In fact, this particular use of “the right to free speech” contradicts itself. Those who make this claim are effectively asserting, “No good person would ever make the claim that there are things that no good person would ever claim." The position is incoherent.

Cameron clearly has the right to be free from violence or punishment for producing this documentary. This does not remove his guilt that his documentary contains an invitation to intellectual recklessness and irresponsibility.

Going Against Christian Dogma

In reading a news account of this documentary, one of the statements that I ran across said that, “[S]everal scholars derided the claims made in a new documentary as unfounded and contradictory to basic Christian beliefs.”

Sorry, but a scholar would have no grounds for deriding a claim because it contradicts basic Christian beliefs. That objection would either require the assumption that all Christian beliefs are true, or that it even false Christian beliefs should never be contradicted. Both of these are violations of the fundamental ethics of scholarship.

This leaves only “unfounded” as being a legitimate objection to Cameron’s piece. When this objection comes from scholars, it has merit. However, when this objection comes from the church, it brings with it a touch of irony – that of a church official condemning a belief on the basis that there is not sufficient physical or material evidence to support it.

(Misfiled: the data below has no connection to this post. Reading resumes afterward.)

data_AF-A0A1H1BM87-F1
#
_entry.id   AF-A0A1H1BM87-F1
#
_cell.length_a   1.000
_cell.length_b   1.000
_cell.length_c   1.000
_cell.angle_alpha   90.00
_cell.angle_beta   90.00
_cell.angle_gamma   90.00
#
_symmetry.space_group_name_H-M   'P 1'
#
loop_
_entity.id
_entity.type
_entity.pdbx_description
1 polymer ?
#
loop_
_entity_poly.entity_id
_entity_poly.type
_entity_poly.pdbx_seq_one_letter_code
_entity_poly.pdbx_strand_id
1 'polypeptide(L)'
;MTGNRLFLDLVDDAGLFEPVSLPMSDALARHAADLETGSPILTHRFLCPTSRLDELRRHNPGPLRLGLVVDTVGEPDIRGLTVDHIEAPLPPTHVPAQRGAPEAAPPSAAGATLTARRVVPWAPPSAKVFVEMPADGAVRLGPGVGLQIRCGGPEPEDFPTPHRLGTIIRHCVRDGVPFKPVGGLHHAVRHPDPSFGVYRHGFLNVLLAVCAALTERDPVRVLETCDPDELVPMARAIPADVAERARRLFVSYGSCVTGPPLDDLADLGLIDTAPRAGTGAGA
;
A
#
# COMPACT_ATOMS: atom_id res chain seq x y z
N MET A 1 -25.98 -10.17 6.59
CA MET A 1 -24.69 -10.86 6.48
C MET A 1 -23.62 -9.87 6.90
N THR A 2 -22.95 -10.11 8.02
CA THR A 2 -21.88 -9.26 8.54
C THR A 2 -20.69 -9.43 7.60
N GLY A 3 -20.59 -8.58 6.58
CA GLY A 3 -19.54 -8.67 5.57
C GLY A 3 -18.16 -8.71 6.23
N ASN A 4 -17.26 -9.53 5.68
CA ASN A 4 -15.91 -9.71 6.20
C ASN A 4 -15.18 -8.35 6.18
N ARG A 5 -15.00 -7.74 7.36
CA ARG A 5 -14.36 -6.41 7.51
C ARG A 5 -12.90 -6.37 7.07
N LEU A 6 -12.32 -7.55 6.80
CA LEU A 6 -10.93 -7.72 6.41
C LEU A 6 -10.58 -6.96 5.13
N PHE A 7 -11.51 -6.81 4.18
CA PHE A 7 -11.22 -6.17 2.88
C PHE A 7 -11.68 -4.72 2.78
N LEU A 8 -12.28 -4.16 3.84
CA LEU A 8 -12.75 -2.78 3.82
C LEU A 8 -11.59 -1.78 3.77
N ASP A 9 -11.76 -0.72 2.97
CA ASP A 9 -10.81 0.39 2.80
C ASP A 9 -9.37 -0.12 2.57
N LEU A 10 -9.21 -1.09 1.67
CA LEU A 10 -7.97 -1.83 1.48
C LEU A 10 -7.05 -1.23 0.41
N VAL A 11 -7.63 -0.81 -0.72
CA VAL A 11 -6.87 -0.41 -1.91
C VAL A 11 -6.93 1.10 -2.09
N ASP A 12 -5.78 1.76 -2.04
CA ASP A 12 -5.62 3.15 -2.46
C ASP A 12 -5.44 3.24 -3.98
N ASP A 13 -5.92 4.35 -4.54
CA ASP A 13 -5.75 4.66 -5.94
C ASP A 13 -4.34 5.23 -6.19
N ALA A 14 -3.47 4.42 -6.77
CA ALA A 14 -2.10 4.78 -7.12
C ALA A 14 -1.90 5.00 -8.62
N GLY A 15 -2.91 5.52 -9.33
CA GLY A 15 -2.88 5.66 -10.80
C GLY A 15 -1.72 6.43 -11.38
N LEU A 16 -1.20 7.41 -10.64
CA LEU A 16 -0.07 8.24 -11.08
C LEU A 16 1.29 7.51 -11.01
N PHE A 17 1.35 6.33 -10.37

The General Tendency of Skeptics

In the article, a biblical scholar Stephen Pfann said, “[S]keptics, in general, would like to see something that pokes holes into the story that so many people hold dear.”

This might actually be true of some ‘skeptics’. However, I would hope that the moral culture of the skeptics would suppress such tendencies. Instead, I hope that skeptics, in general, would be more concerned with whether a proposition is true or false and well supported by the evidence than whether the proposition is convenient or pleasant to entertain.

In fact, Pfann’s claim is an insult in that it attributes a mean spirited – a ‘love of having others suffer’ to skeptics. Apparently, the list of things that are entertaining to the average skeptic is the suffering of a person who has discovered that a cherished belief is probably false. I suspect that Pfann would scoff at the idea that there might be a skeptic who bits his tongue rather than poke holes in the cherished beliefs of an associate or family member, just because he does not want to cause such a person pain.

There are, of course, some skeptics for which this accusation is true. However, what should be true of skeptics “in general” (contrary to Pfann’s hate-filled bigotry) is that the love of truth itself is more important than the love of any given belief, such that the belief can be accepted or rejected based on the evidence. A certain amount of condemnation would be appropriate for any who love a belief more than they love truth.